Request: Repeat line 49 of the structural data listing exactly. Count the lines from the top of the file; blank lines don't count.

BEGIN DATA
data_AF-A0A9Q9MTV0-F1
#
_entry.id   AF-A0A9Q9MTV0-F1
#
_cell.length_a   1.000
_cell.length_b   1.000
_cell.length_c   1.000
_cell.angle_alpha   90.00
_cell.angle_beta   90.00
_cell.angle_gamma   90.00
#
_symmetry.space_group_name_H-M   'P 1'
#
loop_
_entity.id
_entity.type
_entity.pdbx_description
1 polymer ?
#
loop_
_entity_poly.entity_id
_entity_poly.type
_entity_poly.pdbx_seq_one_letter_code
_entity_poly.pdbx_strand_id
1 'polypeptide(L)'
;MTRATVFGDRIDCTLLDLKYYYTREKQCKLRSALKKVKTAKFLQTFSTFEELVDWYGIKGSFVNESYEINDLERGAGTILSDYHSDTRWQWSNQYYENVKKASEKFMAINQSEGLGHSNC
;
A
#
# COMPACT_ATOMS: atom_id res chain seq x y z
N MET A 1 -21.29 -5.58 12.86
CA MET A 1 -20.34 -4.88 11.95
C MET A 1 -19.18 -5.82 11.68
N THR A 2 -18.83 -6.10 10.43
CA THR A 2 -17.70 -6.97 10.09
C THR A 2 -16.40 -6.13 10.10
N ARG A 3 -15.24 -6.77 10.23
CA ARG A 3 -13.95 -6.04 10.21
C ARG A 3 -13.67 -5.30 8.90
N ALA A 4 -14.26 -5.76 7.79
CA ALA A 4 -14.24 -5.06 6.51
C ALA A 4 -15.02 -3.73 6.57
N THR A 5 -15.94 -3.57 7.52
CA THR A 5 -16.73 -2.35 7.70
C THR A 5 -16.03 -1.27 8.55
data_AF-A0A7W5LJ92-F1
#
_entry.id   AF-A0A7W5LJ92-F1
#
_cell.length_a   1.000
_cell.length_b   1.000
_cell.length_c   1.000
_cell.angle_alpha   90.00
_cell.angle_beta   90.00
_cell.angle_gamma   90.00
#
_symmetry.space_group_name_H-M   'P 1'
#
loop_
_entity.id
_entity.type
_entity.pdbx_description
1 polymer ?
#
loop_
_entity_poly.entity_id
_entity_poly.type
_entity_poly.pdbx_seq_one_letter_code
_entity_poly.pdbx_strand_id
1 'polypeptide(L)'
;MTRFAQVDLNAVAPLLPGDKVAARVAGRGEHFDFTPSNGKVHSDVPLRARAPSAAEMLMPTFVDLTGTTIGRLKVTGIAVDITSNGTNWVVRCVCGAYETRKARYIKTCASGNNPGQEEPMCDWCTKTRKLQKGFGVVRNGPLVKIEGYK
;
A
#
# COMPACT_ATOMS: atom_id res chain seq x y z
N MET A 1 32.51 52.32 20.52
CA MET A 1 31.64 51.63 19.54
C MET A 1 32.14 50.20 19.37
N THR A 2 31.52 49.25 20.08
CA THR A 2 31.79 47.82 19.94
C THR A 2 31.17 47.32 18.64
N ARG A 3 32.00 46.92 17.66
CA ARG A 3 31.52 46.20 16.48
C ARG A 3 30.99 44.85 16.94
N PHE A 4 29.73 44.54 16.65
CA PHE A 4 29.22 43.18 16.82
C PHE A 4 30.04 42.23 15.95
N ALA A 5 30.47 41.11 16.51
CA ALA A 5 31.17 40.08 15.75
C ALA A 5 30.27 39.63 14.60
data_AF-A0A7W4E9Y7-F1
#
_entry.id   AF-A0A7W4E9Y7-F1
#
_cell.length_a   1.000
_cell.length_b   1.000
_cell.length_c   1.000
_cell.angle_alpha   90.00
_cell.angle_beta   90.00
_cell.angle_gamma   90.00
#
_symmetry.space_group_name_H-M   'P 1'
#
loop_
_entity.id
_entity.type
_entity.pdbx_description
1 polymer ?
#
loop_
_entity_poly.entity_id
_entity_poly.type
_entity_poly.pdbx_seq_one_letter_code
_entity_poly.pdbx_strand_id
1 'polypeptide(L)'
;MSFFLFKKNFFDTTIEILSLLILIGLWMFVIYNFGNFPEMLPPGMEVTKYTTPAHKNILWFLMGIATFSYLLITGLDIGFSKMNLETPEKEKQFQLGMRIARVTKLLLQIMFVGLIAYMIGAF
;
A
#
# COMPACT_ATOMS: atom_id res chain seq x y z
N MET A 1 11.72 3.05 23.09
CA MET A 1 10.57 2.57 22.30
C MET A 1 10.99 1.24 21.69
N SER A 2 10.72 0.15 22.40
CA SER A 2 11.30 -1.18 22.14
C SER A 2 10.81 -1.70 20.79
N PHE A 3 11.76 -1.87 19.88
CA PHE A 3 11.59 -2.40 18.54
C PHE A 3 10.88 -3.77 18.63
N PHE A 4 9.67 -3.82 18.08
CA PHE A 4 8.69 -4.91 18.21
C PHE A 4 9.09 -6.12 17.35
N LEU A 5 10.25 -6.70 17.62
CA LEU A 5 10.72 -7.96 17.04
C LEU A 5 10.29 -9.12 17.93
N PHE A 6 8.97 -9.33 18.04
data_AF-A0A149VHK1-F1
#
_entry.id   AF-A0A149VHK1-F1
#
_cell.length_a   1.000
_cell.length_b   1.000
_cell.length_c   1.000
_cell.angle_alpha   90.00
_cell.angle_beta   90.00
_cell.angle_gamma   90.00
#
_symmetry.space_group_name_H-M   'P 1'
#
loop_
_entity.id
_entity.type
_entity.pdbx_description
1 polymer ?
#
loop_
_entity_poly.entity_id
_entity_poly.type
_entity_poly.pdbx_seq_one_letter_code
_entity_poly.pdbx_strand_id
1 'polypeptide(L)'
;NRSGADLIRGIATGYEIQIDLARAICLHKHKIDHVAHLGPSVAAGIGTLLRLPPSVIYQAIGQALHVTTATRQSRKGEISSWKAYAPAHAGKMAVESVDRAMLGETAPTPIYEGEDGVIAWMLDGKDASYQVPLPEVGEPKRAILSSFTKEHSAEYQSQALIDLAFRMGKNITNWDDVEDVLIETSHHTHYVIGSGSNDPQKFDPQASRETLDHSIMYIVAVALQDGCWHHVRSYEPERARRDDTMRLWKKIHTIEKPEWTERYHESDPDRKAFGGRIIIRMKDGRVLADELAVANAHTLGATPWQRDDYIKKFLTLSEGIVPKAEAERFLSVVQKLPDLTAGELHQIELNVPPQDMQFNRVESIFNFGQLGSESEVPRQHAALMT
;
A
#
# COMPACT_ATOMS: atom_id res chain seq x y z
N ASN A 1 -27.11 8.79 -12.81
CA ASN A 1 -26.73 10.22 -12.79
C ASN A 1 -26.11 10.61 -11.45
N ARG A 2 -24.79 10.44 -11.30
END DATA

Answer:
#